Editor’s note: An earlier version of this post ran in 2022. We’re publishing this update in honor of our November 2023 exhibition, Down a Long, Dark Corridor, which includes work from Ophelia Arc.
Like carcasses hung from meat hooks, emerging artist Ophelia Arc’s fiber sculptures submit to the relentless tug of gravity as yarn mimics flesh falling from bone.
The multidisciplinary artist’s work incorporates new media—sound, video, and projection—to amplify sinewy fiber sculptures that resemble raw, open wounds. “I'm drawn towards dichotomies and the ways in which they can be dissected and psychoanalyzed,” she writes in her artist statement. “Common themes I like to explore are growth within rot, obsession within ritual, and the parasitic tendencies of symbiotic relationships.”
Drawn towards a tedious creation process, Ophelia relies on repetition to put her in a meditative state where she can process trauma and pacify ruminations on repeat. “I find myself drawn to methods which allow me to knead and rework traumatic experiences from my life,” Ophelia says. “My work is a methodical and ritualistic undertaking, as the labor behind each piece is one of mental distress and relief. Crochet becomes a way to lose myself in repetitive motion.”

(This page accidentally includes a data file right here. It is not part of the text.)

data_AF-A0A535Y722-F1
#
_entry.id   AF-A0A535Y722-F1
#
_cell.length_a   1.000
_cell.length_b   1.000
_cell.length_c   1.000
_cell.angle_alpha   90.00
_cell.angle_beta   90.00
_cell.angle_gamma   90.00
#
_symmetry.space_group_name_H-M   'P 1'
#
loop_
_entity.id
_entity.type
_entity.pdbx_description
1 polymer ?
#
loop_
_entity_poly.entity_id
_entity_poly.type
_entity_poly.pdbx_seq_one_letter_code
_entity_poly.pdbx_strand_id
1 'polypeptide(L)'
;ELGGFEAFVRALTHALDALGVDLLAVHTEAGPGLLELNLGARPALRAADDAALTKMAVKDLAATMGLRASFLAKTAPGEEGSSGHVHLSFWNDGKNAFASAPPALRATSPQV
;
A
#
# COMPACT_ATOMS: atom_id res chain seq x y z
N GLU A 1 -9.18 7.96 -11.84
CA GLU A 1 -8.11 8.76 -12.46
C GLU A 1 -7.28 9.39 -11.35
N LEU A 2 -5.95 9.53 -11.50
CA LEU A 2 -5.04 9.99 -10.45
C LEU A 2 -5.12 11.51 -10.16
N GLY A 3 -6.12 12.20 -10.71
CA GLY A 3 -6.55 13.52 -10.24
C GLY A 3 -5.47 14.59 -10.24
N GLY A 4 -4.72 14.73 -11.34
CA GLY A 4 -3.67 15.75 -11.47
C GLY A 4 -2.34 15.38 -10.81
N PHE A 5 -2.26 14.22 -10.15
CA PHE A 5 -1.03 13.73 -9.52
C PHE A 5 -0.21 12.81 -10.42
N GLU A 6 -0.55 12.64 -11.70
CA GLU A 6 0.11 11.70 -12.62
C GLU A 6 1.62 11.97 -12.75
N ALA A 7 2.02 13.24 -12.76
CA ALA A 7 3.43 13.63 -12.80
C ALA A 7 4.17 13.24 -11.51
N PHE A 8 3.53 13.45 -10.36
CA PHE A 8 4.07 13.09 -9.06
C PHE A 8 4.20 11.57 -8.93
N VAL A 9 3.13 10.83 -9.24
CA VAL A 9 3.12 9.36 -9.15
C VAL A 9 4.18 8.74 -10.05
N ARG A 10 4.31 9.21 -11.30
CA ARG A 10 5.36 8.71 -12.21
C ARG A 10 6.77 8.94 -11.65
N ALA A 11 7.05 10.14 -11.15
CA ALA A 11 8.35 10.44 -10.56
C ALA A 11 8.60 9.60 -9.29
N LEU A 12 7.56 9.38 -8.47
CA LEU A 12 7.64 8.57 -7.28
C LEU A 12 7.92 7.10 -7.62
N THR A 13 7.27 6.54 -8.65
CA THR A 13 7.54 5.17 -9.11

In “my dearest amanda” (above), Ophelia stretches pink and brown yarn across a bulging chicken wire frame—a drooping sack of skin, bone, and viscera. Casting pinpricks of light on the nearest darkened wall, “my dearest amanda” morphs into two works: a broken body and its glimmering shadow, swaying together in time.
Eerily beautiful and surprisingly tender, Ophelia’s butcher shop of hanging sculptures evoke raw emotion as the artist conducts a brave investigation into the memories that “rot within one’s psyche.”
Scroll through to view Ophelia’s work, then head to our November 2023 exhibition, Down a Long, Dark Corridor, to see their submission, “my dearest amanda.”
“I find myself drawn to methods which allow me to knead and rework traumatic experiences from my life.” — Ophelia Arc
All photos published with permission of the artist(s).
Want to be featured on NOT REAL ART? Email email@example.com with a short introduction and a link to your online portfolio or three images of your work.